A Dance With Dragons – I loved the book. A lot of new developments for characters I loved and hated. However, the continuous nature of the story, coupled with the fact that this was, indeed, a filler book made it hard for me to choose this one.
Inheritance – This shares one quality with the book that I chose: it’s the end of a series. However, Inheritance plodded around for a while before settling down into telling the story that I wanted to read. I was ready for Galbatorix to get the almighty SMITE–instead, I go some more Roran chapters. I didn’t mind them, but I didn’t necessarily want to read them either.
Zone One – This is an AMAZING book, but wasn’t chosen on the sole virtue that I just started reading it about 3 days ago.
Zoo City – See above.
The Hundred Thousand Kingdoms Trilogy – I bought other books this year, and left this one by the wayside. I feel very sad.
No, the best speculative fiction book of the year (that I’ve read) was The Sacred Band, the third and final book in David Anthony Durham’s Acacia Trilogy. Why was it so good?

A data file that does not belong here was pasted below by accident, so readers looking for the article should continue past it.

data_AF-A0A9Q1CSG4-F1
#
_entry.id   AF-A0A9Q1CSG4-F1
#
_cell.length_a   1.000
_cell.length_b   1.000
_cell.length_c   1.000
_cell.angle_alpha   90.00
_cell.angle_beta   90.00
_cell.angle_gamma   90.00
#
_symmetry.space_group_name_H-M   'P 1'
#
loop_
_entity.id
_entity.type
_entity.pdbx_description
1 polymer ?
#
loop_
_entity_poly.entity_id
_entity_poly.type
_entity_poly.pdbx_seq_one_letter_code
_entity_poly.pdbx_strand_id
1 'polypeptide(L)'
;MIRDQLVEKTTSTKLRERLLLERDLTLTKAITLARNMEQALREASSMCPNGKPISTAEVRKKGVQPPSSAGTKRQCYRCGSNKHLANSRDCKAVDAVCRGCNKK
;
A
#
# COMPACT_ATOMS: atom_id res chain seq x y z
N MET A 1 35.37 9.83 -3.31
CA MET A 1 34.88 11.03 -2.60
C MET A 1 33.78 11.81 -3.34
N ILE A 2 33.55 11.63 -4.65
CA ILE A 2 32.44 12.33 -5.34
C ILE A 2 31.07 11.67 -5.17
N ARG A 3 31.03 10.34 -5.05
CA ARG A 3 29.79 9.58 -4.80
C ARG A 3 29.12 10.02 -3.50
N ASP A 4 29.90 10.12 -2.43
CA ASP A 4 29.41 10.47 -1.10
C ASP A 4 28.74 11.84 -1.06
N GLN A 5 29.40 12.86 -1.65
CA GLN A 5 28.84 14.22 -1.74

1. It continued perfectly the story that was started in the first two books. I like that all of the books flow from one to the other, and the story is so well told that I was engrossed as soon as I started the book, and invested in what happened to everyone.
2. The characters are done well. The story is mainly about the characters: Corinn Akaran‘s iron hold on The Known World, her love for her son, Aliver’s reacquisition of life, Mena’s coming to terms with her sister’s actions, and Rialus Neptos’ strategies of redemption while getting busy with enormous, hairy women. Death by Snoo-Snoo, anyone? Probably the best new characters were Dariel’s party of humanoid genetic experiments–the Sacred Band.
3. The ending. The Sacred Band was a very good wrap-up, a bold and well crafted ending to a well-loved series. The story is told from different points of view, and this creates a rich pattern of experiences that builds to a great ending.
Now, The Sacred Band was definitely my favorite book of the year, but that’s not to say it was without fault. Durham’s pacing is a thing of wonder, but it’s not the kind of wonder I enjoy. Also, the multiple points of view border on too many, but stops just short. And the disjointed, “each chapter as a moment in life” thing that works so well for George R.R. Martin struggles at the hands of Durham.
Still, I loved this book, and it is definitely the best book I’ve read all year. The verdict is still out, though. Maybe I’ll come back and revisit this post after I read all the books on my TBR list.
What was your pick for the best Speculative Fiction work of the year?